As a procession of government and opposition representatives met Greek President Karolos Papoulias in the course of last week, one issue was brought to public attention that could be termed the taboo topic amid all the memorandum exit debates. Fotis Kouvelis, leader of the Democratic Left party, had the audacity to suggest that the issue of Greece’s mounting public debt obligations merits the formation of a common negotiation stance by the democratic parties vis-à-vis its international creditors.
The potential of the economic recovery in Greece will be determined by the country’s capacity to manage its sovereign debt dynamics. For 2014 the Greek government expects a debt-to-GDP ratio for Greece of 174.8 percent or a total of 318.6 billion euros. The revised projection of the IMF is slightly lower (see below). In both cases, the forecast volume for this year would again surpass the sovereign debt levels attained in 2011, i.e. before the two debt restructuring operations of 2012.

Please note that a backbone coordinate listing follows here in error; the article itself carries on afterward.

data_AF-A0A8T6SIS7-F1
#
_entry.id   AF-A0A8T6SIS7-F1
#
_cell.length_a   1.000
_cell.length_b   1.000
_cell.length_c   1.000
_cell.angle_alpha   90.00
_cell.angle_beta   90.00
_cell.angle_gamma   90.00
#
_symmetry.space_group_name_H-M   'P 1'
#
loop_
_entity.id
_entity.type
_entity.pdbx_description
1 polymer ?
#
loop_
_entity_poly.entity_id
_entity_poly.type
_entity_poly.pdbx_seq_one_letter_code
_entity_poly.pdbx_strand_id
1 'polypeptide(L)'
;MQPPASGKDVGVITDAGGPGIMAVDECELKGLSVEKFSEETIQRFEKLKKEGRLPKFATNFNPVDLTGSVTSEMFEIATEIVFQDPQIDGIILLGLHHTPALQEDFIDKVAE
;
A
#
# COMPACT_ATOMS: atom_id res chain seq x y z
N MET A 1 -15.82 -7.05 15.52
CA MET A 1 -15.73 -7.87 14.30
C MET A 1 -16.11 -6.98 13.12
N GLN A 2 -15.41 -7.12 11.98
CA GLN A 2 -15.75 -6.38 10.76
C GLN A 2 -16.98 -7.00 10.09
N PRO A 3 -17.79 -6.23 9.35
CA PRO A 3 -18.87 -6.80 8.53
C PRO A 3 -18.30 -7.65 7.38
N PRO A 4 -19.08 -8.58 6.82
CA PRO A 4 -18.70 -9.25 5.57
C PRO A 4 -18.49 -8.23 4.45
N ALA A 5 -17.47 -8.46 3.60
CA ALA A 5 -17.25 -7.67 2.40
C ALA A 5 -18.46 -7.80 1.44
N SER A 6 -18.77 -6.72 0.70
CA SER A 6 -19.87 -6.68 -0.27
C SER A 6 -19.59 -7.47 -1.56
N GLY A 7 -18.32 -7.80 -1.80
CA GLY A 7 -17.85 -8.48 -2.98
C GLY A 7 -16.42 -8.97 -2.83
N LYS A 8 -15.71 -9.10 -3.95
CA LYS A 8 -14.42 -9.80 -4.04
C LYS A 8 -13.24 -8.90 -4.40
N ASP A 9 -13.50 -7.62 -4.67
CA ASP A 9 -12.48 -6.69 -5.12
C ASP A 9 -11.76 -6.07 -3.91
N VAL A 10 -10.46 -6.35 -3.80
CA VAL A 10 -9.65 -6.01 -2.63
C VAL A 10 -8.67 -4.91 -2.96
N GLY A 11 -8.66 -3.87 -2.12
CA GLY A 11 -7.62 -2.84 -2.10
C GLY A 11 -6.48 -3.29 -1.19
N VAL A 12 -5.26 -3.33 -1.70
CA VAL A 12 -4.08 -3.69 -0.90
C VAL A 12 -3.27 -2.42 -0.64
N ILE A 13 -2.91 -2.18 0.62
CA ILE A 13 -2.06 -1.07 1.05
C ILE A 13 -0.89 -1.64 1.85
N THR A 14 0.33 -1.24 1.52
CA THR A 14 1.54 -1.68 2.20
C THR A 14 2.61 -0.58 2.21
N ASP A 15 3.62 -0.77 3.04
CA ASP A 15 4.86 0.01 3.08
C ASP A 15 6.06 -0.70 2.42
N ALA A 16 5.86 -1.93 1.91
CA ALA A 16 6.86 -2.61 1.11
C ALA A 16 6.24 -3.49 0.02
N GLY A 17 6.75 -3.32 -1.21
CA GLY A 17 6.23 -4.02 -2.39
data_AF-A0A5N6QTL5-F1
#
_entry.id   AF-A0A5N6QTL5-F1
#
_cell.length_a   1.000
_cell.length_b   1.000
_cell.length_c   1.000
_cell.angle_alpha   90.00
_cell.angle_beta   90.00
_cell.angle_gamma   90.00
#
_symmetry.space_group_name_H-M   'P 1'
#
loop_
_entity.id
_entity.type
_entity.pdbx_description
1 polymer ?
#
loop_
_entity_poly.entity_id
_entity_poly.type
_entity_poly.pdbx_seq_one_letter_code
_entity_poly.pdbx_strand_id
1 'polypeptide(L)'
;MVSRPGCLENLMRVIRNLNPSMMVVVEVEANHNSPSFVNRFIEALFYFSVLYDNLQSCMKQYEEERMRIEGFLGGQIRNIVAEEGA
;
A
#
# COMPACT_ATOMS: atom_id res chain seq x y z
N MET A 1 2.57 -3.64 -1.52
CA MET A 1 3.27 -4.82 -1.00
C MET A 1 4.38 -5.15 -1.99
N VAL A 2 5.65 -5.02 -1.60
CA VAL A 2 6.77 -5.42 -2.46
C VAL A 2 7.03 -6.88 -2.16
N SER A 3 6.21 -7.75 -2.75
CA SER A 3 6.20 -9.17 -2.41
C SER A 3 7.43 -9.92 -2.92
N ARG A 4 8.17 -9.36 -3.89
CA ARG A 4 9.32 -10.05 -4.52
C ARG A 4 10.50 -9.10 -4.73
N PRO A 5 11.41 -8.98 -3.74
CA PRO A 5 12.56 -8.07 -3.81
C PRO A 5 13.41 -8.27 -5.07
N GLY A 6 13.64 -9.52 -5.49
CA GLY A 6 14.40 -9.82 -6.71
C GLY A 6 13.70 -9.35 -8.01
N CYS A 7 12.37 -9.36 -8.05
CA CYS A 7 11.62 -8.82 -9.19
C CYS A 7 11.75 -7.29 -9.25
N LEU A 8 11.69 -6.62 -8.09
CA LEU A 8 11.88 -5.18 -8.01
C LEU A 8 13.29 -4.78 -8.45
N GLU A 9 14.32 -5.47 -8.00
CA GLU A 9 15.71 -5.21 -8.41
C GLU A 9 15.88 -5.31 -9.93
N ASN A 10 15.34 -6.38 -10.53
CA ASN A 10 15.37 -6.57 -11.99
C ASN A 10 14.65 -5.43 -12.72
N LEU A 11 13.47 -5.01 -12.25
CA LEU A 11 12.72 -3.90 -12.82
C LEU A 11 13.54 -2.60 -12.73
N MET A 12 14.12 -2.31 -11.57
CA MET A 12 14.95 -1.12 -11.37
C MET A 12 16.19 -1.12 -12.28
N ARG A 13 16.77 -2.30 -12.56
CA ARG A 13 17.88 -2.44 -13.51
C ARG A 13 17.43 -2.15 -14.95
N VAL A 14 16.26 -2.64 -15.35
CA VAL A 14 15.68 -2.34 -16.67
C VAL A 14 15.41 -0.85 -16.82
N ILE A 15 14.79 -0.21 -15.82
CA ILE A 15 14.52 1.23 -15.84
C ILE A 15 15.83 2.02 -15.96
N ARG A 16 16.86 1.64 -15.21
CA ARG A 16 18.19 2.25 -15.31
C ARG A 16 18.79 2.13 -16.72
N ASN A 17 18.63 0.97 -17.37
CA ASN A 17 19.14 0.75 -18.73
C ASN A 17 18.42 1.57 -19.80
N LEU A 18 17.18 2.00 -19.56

*Data from 2014 onwards are projections. Sources: International Monetary Fund, World Economic Outlook Database, April 2014 and IMF revisions, Macropolis, October 2014.
The focus on debt dynamics instead of the total volume of accumulated sovereign debt is critical in this respect. We need to emphasise the trend and not the overall total number. The increase in the ratio of Greek public debt to pre-restructuring levels in 2012 is a matter of concern if the economic recovery turns out to be feeble and uneven for a prolonged period of time.
The single most important factor impacting on the recurring rise in Greece’s debt ratio has been the dramatic fall in nominal GDP, i.e. the euro value of the country’s economic output since mid-2008. Only if and when nominal GDP rises faster than the debt increase (in percentage terms) can we expect Greece to be able to avoid or exit this dangerous indebtedness trap.
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